I talked a bit about this: some of the answers people have suggested over the years, and my own opinion. But like most public talks, the premise was mostly a vehicle for cool examples: physicists through history bringing in new math, and surprising mathematical facts like the ones I talked about a few weeks back at Culture Night. Because of that, I was actually a bit unprepared to dive into the philosophical side of the topic (despite it being in principle a very philosophical topic!) When one of the audience members brought up mathematical Platonism, I floundered a bit, not wanting to say something that was too philosophically naive.

Well, if there’s anywhere I can be naive, it’s my own blog. I even have a label for Amateur Philosophy posts. So let’s do one.

Mathematical Platonism is the idea that mathematical truths “exist”: that they’re somewhere “out there” being discovered. On the other side, one might believe that mathematics is not discovered, but invented. For some reason, a lot of people with the latter opinion seem to think this has something to do with describing nature (for example, an essay a few years back by Lee Smolin defines mathematics as “the study of systems of evoked relationships inspired by observations of nature”).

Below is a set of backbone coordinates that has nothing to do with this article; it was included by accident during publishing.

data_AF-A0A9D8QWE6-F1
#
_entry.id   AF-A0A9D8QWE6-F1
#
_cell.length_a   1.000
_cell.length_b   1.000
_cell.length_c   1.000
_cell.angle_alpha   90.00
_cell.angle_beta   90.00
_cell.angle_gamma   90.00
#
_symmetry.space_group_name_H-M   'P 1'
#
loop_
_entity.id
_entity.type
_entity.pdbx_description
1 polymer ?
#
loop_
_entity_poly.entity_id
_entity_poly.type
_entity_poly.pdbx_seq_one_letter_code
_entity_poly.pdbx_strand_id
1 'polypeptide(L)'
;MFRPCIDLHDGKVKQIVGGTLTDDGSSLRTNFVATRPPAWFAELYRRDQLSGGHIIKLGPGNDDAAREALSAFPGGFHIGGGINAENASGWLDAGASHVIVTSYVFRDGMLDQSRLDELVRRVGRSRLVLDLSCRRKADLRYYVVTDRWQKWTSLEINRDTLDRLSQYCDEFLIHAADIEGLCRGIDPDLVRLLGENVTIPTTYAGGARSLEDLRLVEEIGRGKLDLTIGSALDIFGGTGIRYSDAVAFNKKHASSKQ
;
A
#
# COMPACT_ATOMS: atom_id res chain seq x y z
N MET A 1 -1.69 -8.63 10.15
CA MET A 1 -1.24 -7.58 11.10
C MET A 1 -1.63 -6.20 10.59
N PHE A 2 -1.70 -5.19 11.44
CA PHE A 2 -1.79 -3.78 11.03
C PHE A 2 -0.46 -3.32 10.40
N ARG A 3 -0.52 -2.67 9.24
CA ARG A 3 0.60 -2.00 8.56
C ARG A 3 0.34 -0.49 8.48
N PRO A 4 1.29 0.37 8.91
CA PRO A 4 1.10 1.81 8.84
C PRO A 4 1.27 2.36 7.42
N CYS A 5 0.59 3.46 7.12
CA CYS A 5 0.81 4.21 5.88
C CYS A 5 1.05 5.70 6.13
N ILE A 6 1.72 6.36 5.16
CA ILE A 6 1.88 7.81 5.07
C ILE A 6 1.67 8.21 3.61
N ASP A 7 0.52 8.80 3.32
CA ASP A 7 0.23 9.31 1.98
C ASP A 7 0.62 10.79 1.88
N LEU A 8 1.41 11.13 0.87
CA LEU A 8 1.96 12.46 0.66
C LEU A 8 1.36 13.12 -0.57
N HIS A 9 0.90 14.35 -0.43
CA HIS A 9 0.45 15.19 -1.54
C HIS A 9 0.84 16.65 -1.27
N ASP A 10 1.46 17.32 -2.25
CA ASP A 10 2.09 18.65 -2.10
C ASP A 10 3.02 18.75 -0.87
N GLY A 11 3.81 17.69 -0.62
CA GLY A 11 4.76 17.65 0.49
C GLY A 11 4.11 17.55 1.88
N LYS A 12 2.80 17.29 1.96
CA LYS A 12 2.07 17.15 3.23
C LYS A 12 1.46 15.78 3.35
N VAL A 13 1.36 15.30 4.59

I’m not a mathematical Platonist. I don’t even like to talk about which things do or don’t “exist”. But I also think that describing mathematics in terms of nature is missing the point. Mathematicians aren’t physicists. While there may have been a time when geometers argued over lines in the sand, these days mathematicians’ inspiration isn’t usually the natural world, at least not in the normal sense.

Instead, I think you can’t describe mathematics without describing mathematicians. A mathematical fact is, deep down, something a mathematician can say without other mathematicians shouting them down. It’s an allowed move in what my hazy secondhand memory of Wittgenstein wants to call a “language game”: something that gets its truth from a context of people interpreting and reacting to it, in the same way a move in chess matters only when everyone is playing by its rules.